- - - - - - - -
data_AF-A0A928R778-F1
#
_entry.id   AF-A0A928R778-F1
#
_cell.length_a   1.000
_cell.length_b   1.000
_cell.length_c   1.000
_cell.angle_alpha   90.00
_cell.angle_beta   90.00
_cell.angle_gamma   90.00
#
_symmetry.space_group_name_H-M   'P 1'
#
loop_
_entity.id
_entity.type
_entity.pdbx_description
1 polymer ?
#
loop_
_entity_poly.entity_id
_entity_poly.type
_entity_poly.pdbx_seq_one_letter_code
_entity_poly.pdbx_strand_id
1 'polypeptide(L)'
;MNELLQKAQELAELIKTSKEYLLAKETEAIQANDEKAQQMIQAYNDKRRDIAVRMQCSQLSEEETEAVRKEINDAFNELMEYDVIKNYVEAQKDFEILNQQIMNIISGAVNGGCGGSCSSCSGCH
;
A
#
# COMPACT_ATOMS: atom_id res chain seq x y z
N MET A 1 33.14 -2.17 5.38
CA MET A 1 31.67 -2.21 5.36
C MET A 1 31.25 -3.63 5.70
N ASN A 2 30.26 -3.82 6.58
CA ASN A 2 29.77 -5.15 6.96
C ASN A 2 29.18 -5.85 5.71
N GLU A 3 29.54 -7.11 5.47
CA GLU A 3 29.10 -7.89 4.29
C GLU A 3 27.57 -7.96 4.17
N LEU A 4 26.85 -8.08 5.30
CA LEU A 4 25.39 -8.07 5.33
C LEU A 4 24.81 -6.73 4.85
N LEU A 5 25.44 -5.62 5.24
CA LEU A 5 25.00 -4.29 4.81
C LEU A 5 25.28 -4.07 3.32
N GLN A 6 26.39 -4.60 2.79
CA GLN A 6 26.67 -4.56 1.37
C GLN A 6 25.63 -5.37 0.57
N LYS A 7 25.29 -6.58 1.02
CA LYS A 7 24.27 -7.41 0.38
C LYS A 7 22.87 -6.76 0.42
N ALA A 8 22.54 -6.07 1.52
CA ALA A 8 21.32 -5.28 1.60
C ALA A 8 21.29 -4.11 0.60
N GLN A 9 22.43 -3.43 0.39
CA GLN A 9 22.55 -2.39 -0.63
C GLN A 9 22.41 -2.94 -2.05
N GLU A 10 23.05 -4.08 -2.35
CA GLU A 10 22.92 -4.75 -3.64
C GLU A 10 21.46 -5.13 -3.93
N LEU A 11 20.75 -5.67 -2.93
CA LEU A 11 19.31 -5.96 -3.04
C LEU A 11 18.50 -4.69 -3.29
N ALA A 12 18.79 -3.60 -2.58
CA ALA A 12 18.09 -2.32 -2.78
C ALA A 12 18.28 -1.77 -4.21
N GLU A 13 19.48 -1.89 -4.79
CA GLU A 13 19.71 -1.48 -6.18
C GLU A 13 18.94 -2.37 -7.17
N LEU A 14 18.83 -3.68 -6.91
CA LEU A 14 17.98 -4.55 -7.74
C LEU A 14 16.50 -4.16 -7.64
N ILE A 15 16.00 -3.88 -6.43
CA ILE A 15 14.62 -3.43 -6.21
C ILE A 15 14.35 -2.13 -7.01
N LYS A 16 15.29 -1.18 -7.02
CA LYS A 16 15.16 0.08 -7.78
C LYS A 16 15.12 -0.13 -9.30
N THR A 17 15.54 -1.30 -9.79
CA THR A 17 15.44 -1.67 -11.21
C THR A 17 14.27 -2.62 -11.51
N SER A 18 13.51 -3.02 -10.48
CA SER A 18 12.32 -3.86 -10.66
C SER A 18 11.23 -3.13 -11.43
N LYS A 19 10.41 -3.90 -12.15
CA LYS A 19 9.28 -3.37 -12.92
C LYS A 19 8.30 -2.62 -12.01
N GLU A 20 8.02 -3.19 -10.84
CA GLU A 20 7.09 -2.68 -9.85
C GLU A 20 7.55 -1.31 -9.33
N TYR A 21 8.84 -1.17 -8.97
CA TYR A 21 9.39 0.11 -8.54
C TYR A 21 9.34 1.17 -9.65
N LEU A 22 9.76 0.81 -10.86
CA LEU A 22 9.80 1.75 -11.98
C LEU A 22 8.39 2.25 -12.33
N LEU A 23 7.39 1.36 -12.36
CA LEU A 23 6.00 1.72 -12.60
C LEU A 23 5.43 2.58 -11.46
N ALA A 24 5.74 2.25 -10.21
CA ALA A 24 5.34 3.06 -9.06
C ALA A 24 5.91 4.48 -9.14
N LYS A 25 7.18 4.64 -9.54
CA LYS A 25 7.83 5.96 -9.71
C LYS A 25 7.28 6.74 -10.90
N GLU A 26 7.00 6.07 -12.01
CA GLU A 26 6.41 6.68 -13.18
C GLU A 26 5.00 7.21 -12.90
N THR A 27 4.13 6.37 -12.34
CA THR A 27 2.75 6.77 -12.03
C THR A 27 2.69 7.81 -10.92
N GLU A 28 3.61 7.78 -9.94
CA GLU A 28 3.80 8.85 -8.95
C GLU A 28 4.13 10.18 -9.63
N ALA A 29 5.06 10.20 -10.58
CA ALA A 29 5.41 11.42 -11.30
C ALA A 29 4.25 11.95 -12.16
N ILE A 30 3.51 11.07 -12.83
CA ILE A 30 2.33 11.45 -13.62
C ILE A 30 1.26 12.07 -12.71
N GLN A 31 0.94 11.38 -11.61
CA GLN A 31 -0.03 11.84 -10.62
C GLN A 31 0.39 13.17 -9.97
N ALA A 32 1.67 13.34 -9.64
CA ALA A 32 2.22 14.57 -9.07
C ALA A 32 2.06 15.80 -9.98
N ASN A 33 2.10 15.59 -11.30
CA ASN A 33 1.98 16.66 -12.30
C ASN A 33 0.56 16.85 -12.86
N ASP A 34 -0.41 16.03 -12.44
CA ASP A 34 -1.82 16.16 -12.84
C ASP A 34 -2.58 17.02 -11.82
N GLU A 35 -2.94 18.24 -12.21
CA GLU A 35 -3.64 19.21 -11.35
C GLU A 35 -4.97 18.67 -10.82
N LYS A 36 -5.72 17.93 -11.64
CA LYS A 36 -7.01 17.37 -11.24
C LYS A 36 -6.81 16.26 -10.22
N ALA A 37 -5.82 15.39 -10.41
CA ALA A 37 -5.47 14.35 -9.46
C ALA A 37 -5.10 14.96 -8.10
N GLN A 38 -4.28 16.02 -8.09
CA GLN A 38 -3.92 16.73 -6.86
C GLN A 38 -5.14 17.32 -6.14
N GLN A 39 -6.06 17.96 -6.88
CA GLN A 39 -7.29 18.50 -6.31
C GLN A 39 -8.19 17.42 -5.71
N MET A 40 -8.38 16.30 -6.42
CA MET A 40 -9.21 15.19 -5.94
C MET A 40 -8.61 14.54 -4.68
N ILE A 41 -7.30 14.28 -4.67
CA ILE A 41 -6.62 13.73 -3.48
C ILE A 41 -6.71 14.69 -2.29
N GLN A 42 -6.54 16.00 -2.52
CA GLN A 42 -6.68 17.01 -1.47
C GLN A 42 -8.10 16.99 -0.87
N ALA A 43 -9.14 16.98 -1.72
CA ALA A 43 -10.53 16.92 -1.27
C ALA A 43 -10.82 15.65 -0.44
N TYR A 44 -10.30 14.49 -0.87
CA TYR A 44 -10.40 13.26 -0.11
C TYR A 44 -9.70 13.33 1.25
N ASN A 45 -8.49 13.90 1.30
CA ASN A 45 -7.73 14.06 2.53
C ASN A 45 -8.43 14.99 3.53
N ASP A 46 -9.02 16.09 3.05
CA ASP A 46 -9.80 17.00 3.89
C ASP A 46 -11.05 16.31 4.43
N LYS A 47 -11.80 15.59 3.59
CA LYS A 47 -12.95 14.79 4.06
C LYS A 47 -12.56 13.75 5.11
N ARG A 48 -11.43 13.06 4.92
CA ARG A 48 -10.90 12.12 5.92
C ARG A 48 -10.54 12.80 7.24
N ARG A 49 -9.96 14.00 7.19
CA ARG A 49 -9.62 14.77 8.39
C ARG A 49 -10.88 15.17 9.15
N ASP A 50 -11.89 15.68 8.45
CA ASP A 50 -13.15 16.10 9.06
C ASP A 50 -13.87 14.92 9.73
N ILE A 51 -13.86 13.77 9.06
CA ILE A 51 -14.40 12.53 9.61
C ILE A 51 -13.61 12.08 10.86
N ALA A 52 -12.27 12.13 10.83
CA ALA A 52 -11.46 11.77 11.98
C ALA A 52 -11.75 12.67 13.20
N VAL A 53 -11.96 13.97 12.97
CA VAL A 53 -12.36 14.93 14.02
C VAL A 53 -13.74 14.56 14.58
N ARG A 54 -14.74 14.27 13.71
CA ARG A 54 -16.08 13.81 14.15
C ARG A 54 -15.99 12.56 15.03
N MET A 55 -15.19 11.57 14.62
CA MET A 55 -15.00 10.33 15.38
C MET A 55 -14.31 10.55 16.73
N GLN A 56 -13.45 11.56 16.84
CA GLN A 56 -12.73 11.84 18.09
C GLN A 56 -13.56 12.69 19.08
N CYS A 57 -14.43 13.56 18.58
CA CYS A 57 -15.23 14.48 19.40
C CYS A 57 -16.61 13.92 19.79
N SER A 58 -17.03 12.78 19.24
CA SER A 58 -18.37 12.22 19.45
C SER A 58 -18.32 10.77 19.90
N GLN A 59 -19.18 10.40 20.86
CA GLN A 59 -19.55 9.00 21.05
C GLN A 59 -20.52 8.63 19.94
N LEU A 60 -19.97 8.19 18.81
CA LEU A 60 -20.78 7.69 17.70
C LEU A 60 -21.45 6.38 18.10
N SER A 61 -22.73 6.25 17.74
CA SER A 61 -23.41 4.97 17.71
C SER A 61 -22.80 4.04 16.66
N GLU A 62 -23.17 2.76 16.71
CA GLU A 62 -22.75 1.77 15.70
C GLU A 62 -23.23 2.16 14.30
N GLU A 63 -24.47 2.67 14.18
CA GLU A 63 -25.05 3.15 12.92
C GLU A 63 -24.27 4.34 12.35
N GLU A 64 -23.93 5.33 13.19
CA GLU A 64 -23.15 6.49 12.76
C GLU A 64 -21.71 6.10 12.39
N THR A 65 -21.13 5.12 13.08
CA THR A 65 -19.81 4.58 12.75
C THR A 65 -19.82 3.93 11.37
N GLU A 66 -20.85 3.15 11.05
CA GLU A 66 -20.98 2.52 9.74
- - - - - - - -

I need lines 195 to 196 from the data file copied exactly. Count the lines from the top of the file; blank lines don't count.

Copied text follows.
C MET A 55 -14.31 10.55 16.73
N GLN A 56 -13.45 11.56 16.84